I hiked a few smaller summits near Boulder Colorado recently. These were after work activations where I hiked up in the last light, activated into the dark, then hiked down by headlamp.
This past Sunday I activated Crosier Mountain, W0C/FR-057. I need to thank George Carey Fuller, KX0R for his great trip reports that helped with the logistics of activating Crosier. KX0R writes up reports for most of his activations and they are great help for other activators. His write up helped me to know where to park and how to hike the mountain.
I got a late start as I had a little bit of the flu that started the previous weekend. I was not sure about hiking at all but really wanted to activate. The hike up took me close to two and a half hours. I stopped several times to try and take video that I could use in my SOTA presentations. I am really not happy with the video though. I need to keep trying and learn more about hiking video. There was snow in the shady areas of the trail but there are enough hikers on this trail that the snow was packed down. I had my micro spike crampons in my backpack but I did not need them. I made it the summit of Crosier after two and a half hours. I visited with a couple that had reached the summit and were hanging out enjoying the view. Then I moved off a little and set up for the activation.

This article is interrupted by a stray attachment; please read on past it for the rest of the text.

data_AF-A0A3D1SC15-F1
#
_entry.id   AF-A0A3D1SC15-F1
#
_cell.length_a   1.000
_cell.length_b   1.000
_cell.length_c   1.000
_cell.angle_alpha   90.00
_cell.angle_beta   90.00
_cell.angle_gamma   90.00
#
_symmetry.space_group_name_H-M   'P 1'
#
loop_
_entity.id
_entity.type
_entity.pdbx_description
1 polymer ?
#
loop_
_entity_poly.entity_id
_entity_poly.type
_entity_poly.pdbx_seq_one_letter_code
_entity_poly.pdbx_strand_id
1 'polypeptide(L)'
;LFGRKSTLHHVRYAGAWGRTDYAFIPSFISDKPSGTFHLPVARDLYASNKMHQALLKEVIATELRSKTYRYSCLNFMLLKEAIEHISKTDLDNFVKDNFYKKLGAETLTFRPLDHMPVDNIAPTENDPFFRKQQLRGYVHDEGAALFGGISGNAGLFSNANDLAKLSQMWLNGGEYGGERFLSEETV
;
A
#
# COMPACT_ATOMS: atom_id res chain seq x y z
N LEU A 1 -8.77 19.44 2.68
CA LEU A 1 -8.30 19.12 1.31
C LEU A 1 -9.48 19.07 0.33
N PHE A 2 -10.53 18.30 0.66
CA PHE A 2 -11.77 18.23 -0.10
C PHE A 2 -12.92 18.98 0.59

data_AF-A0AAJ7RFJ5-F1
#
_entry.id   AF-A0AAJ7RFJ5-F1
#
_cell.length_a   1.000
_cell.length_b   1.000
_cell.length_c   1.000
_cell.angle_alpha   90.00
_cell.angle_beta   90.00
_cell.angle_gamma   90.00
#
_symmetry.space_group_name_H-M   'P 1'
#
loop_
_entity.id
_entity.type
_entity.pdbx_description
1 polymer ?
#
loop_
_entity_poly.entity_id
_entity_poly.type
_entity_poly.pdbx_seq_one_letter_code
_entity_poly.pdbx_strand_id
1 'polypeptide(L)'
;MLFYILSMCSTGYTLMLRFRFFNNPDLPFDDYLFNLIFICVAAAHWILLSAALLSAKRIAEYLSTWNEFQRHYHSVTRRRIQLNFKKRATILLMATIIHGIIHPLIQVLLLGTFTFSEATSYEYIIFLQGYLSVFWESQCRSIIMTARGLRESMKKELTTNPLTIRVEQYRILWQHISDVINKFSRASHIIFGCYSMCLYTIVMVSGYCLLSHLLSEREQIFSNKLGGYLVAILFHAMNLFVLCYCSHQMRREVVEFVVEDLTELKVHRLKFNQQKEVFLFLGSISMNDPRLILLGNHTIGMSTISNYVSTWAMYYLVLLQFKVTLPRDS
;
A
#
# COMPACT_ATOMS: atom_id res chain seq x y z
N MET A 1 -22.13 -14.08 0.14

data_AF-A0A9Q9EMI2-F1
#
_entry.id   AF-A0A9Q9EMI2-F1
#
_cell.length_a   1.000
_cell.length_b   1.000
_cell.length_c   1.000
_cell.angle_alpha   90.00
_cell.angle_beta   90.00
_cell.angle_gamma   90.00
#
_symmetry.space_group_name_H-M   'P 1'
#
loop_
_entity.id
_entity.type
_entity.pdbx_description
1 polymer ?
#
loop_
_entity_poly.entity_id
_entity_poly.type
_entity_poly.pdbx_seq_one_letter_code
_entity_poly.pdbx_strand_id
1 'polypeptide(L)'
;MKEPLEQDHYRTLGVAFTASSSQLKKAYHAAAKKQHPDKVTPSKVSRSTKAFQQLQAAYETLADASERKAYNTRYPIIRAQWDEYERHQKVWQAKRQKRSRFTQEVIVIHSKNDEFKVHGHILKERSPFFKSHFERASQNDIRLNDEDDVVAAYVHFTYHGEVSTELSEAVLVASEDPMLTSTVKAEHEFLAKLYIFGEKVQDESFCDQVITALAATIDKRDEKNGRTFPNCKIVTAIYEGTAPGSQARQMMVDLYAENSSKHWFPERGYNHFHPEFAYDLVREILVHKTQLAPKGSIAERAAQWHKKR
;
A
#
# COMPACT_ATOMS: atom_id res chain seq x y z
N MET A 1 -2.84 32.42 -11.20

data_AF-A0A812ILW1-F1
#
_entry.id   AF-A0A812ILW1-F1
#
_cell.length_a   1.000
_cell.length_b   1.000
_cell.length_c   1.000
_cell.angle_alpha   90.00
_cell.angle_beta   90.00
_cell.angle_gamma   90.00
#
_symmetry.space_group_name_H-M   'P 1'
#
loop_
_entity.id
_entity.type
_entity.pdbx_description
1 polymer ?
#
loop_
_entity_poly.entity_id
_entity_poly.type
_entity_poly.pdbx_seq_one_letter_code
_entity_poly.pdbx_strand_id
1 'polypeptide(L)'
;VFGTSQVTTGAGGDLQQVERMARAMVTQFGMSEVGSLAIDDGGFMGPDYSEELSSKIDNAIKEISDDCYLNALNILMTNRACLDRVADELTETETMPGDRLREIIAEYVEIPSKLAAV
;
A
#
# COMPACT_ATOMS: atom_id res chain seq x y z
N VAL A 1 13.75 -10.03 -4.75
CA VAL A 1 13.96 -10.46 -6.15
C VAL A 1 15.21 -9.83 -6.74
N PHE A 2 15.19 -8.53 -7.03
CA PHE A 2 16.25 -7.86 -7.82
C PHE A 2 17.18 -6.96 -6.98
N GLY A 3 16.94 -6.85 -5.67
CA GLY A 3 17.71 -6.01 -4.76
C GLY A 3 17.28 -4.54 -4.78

I moved several yards east of the summit rocks to get some distance from other hikers. I got out my Spot satellite locator and sent a spot so Annette would know I was on the summit.